## Two-Point Form

This lesson will cover the two-point form of the equation of a straight line. That is, equation of the line, which passes through two given points, say (x_{1}, y_{1}) and (x_{2}, y_{2})

This time I’ll illustrate only one method, which will use the point-slope form of the equation. (described here)

We know that equation of the line which passes through the point **(x _{1}, y_{1})** and has slope

**m**is given by

**y-y**

_{1}=m(x-x_{1})We could start with this equation, as we atleast know that the line passes through (x_{1}, y_{1}).

But we have no idea about the slope. Instead, we’ve been another point (x_{2}, y_{2}), through which the line passes.

That means, the coordinates (x_{2}, y_{2}) must satisfy the above equation. That is, y_{2}-y_{1}=m(x_{2}-x_{1}), or m=(y_{2}-y_{1})/(x_{2}-x_{1})

And that’s all. The required equation is **y-y _{1}=\(\frac{y_2-y_1}{x_2-x_1}\)(x-x_{1})**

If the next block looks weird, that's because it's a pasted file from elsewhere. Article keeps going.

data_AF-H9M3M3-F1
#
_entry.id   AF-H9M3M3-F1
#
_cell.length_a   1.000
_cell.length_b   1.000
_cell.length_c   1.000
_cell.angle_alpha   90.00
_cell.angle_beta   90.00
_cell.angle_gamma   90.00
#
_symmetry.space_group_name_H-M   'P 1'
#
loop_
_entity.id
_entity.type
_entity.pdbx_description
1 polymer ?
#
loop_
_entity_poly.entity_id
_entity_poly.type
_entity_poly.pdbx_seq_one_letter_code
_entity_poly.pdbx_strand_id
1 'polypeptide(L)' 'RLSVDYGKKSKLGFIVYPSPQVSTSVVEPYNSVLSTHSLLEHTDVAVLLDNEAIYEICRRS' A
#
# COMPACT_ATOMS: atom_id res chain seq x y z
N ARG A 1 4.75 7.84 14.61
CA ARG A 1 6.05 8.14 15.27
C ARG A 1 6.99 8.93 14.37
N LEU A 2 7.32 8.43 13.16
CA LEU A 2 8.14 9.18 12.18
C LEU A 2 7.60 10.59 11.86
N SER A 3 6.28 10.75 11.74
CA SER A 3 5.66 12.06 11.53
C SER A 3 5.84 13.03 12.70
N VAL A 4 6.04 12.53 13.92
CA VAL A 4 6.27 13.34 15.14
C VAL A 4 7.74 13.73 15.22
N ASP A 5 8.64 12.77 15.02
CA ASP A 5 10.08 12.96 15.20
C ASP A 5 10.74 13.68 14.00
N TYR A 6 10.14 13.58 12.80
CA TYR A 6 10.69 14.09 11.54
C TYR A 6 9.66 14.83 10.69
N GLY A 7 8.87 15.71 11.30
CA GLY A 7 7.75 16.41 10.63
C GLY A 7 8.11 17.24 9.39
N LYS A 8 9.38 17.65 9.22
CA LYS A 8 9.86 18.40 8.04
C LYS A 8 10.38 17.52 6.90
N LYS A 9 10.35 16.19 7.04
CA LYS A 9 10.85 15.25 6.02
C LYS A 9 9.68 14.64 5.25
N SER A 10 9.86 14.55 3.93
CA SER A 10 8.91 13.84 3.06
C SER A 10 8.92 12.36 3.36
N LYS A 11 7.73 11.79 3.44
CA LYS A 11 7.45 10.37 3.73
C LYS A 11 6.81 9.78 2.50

This also tells me one more thing.

The slope of the line joining two points, (x_{1}, y_{1}) and (x_{2}, y_{2}) is given by (y_{2}-y_{1})/(x_{2}-x_{1}). Have a look..

The slope of the line AB is given by tanθ=BC/AC=(y_{2 }– y_{1})/(x_{2 }– x_{1}). This expression will be quite useful as we’ll see later.

The second method (i.e. starting from scratch) is left for you as an exercise.

I hope that, now you’re pretty comfortable with deriving equations to lines which satisfy given conditions.

## Lesson Summary

- The equation of the line joining two points (x
_{1}, y_{1}) and (x_{2}, y_{2}) is given by y – y_{1}=\(\frac{y_2-y_1}{x_2-x_1}\)(x – x_{1}) - The slope of the line joining two points (x
_{1}, y_{1}) and (x_{2}, y_{2}) is equal to\(\frac{y_2-y_1}{x_2-x_1}\)

See you soon, with some examples.

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